The happy couple were meant to be celebrating their marriage.

Dr Israel Seblani and Ahmad Sbeih were posing for their wedding photos on Tuesday on the streets of Beirut.

Starting off as a perfectly normal day, Dr Seblani posed in a beautiful, white wedding gown in the city’s Saifi Village.

Then all of a sudden, there was a eardrum-shattering noise that came from behind her.

The horrifying sound was the massive explosion which rocked the Lebanese capital, leaving at least 135 dead and 5000 injured.

The couple’s wedding photographer, Mahmoud Nakib, captured the moment it all went down.

“We were filming an outdoor photo session … then we heard an explosion,” Mr Nakib said.

“That was the first explosion, we thought that is was far away, we continued filming normally.”

But that soon changed.

“In just one second, the sky turned black and we heard the second explosion,” Mr Nakib said.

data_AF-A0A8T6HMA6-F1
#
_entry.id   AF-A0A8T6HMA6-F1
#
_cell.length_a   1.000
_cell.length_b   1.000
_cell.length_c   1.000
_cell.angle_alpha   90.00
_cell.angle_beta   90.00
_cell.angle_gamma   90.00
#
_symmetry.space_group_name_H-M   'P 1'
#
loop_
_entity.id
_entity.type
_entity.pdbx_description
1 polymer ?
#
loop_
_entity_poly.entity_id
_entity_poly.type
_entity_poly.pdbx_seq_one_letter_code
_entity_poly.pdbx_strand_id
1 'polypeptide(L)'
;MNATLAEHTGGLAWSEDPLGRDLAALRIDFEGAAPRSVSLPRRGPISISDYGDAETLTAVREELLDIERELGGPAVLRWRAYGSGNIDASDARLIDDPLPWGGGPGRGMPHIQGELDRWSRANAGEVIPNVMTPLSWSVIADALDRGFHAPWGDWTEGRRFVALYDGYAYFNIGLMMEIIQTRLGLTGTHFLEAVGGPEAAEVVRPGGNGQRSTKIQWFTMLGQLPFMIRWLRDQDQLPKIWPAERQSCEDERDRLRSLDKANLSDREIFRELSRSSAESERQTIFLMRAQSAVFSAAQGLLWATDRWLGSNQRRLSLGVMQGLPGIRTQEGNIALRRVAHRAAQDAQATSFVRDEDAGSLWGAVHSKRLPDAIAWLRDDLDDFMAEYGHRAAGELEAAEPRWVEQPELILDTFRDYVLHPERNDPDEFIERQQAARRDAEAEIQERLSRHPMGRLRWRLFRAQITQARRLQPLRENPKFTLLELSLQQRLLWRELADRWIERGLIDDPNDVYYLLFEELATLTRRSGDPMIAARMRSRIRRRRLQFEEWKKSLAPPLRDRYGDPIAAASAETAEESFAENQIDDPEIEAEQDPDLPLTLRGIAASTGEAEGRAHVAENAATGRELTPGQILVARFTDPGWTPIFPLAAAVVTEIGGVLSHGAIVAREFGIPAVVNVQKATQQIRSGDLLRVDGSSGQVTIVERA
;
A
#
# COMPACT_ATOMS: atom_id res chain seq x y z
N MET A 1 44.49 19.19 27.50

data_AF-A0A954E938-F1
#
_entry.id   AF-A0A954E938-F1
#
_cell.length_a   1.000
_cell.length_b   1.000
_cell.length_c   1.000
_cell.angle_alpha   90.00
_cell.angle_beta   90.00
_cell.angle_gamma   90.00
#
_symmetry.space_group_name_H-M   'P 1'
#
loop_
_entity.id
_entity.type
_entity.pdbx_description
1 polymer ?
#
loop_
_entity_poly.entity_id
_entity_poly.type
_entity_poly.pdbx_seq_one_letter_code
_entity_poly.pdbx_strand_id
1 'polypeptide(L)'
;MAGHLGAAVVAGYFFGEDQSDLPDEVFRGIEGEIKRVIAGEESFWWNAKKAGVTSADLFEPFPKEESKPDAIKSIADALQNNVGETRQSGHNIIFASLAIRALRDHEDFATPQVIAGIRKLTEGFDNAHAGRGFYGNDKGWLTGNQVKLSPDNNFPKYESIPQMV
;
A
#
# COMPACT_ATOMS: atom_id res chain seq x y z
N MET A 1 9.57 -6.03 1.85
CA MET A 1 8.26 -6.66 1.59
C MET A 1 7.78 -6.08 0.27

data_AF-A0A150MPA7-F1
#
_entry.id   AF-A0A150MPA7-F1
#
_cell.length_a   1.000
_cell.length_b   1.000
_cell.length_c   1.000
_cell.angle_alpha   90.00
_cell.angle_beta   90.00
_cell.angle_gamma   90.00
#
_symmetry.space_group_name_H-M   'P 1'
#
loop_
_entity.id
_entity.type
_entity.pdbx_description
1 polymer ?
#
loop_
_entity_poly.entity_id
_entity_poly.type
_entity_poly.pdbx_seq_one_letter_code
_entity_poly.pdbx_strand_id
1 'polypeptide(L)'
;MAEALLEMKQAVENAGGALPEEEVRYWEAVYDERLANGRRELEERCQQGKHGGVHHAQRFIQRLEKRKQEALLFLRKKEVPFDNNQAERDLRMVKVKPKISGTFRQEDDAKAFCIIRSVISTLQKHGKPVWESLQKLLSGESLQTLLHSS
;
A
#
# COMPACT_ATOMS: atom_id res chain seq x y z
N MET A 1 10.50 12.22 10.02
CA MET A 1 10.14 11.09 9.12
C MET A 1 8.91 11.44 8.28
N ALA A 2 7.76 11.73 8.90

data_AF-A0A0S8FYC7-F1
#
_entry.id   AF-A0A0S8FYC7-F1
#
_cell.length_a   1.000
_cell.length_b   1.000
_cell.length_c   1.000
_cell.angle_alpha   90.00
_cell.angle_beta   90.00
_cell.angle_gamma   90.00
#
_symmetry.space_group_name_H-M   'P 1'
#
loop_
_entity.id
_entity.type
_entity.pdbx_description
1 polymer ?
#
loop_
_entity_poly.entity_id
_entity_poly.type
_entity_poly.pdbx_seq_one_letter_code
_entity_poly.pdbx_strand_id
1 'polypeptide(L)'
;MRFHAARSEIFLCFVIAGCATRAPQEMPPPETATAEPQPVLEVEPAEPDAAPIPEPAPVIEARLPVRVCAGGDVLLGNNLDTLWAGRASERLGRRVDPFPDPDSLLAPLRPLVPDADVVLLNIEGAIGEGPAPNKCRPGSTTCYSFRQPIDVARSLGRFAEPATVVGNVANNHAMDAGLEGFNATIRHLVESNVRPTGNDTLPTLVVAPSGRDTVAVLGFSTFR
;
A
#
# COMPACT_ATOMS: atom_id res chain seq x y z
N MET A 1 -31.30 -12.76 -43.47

As the explosion took place, an intense gust of wind tore through the square, as captured in the video.

View this post on Instagram

A post shared by Helia Emami (@heliaemami) on Aug 5, 2020 at 10:14pm PDT

“The area I was in, within matter of seconds, it went from beautiful place to ghost town filled with dust, shattered glass and people yelling [and] bleeding,” Dr Seblani said.

“It was like a nightmare scene.”

The shockwave pushed Mr Nakib down the street, he said, nearly knocking him over.

But his camera kept rolling, documenting the chaotic scenes taking place around him.

Dr Seblani, Mr Nakib and the rest of the wedding party headed inside as the blast echoed through the streets of Beirut.

Everyone in the wedding party is doing OK, and no one was hospitalised.

“I thought first of my wife and my daughter,” Mr Nakib said thought as he ran for cover.

“I called her to let her know that I'm fine and do not go out.

“And I went live at Facebook to let people know what happened.”

The explosion in Beirut wiped out entire city streets and left hundreds of thousands without homes.

It has been linked to a warehouse storing thousands of tons of an unsecured and volatile chemical compound.

This article originally appeared on Over60.